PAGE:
The only way to tell is a good cleaning, a good inspection, and a good flatness check.

When you put the new headgasket in, let me suggest that rather than use the orientation of the current one you double check the proper orientation. As strange as it seems, people have been known to put gaskets in upside down or backwards and that can cause problems. With some gaskets I’ve seen this is possible.

Best of luck with this.


#12

Thank you, I will post my findings when I have them.


#13

I finished pulling the head yesterday, here’s what I found. As far as I can tell the head gasket looked ok. Cylinders 3, 5 and 6 had excessive oil and carbon build up on the pistons and valves. I knew my car smoked a little at startup, I had replaced the valve stem seals last summer so I?m guessing the valve guides are worn. Since the engine has good compression (as posted above) can I safely rule out bad rings? I checked the head and block for warping and found the block to be ok but the head is slightly warped. The head also seems to have been surfaced by a hand sander/grinder, not by a machine shop which along with the warping would explain the leak down test making the coolant rise. I?m will be taking the head to a machine shop in a couple of days. Attached is a picture of the valves for cylinders 5 and 6 and the head gasket.


#14

You cannot rule out rings, compression readings good or not. It’s quite possible to have great compression readings and a severe oil burner at the same time. This is why I always say that a compression or leakdown test is not 100% definitive.
Based on the grunge on those valves I’d say there’s a ring problem.

(An actual xample of my above statement. A 4 cylinder engine with 185 PSI on all 4 cylinders. This engine used oil at the rate of 1 quart per 10 miles and it was due to only 1 of the 4 cylinders although the compression was the same on all 4.)


#15

Now that I have the whole engine apart is there any way to confirm bad rings short of taking the block out of the car and sending it to a machine shop?


#16

I should also note that when my car was running that it only smoked a bit on startup and I never noticed any smoke while driving, also I never had to add any oil in between oil changes.


#17

At this point, and considering the compression readings, I would not go into the engine lower end. That often leads to one of those “what next” scenarios. The time to check for a ring problem would be before the head was removed and during a wet compression test.

Those valves look awful grungy but if oil consumption is at a minimum it may be best to live with it.

The only thing I can think of in regards to the compressed air/bubbling coolant thing is that the cylinder head is badly (horribly even) misshapen. It’s extremely rare that one would be bad enough to cause this on all cylinders but it’s possible I suppose.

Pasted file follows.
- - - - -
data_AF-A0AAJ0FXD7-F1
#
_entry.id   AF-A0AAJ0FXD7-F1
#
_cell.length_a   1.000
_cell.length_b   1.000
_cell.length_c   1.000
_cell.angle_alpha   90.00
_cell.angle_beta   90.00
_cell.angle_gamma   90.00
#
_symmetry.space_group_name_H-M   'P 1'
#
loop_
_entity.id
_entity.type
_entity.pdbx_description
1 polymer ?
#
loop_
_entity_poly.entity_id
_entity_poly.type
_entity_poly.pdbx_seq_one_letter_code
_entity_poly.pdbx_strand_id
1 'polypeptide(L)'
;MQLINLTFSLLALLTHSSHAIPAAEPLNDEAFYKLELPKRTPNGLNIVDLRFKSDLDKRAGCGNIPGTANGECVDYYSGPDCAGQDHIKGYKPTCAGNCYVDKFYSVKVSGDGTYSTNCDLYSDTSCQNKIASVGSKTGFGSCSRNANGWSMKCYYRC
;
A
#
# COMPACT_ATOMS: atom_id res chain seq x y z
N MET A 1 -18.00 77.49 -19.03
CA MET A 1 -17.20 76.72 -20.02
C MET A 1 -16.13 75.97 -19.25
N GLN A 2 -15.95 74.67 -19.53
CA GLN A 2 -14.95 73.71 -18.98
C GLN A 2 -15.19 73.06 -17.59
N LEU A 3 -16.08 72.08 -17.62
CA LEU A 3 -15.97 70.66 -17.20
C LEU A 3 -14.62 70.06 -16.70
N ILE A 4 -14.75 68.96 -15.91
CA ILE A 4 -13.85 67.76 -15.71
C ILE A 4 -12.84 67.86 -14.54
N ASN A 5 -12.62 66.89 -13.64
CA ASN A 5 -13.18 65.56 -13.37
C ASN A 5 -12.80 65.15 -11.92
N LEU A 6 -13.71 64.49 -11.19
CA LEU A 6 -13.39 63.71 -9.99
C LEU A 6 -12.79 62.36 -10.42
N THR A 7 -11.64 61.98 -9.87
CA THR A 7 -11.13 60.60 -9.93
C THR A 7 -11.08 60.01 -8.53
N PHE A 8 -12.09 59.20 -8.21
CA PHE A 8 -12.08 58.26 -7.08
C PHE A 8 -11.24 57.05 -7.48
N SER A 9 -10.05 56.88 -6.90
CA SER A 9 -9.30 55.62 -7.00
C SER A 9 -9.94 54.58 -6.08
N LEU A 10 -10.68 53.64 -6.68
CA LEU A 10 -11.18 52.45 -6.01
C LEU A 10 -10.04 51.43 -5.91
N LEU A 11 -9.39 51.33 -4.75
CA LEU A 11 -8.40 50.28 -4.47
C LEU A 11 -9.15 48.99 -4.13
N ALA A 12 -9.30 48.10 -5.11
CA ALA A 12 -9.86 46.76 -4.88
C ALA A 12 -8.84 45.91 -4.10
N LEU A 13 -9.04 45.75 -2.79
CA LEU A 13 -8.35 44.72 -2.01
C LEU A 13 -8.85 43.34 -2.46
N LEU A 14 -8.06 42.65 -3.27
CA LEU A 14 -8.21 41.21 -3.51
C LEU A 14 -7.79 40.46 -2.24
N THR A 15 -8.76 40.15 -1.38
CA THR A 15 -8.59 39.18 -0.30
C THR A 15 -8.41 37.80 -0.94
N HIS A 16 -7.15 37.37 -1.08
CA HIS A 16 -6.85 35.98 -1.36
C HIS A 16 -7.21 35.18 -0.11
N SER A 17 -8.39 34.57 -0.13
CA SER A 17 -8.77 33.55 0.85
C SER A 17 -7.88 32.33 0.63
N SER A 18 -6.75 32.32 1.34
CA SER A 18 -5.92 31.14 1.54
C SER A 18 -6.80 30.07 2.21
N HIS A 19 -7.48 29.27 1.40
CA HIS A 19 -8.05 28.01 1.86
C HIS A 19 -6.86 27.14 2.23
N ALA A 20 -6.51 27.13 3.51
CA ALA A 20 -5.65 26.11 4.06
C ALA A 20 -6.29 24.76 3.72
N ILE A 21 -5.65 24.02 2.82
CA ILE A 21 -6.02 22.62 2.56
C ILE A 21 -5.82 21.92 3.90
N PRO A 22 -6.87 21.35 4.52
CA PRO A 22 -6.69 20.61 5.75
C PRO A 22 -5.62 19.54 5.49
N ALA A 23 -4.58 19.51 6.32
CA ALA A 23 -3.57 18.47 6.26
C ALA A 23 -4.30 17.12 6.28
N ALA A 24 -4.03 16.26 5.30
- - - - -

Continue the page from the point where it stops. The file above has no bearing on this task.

#18

Let me ask this. You say the head gasket is metal. Does this mean 100% metal or is it fiber with metal inserts? The pic is a bit unclear to me due to the grunge on the gasket.

If it’s all metal I would advise you to replace it with a stock gasket along with a few tweaks.
Spray the new gasket with aerosol Copper Coat. This can help greatly in sealing a new head gasket.
Allow the head nuts to sit idle for a few hours after torquing them and then retorque them again.
After about 500 miles of use go back and recheck the torque on the cylinder head nuts and tighten as necessary.

Hope that helps.


#19

I copied your image and zoomed it, and noticed what looks like a clear breech to the water jacket on the bottom of the left cylinder of the shot with the valves in it. I tried unsuccessfully to post the enlarged image, but click on the “download” and you’ll be able to expand it and see what I mean.

Realize that

  1. the pressures blowing combustion gasses into the water jacket are substantial, and the combustion pressure can exceed 2,000 degrees.
  2. the suction during the intake stroke that can draw coolant into the cylinder can be substantial, and the coolant is kept at roughly 15-16 psi.

Or am I seeing too much into the photo?


#20

OK4450, do me a favor. Enlarge the photo of the underside of the head and look at the bottom of the left cylinder. Tell me if you agree that there appears to be an erosion path there. It could have been created before the headgasket replacement by the previous owner and would allow passage without having to have breakage in the new headgasket (the one in the photo).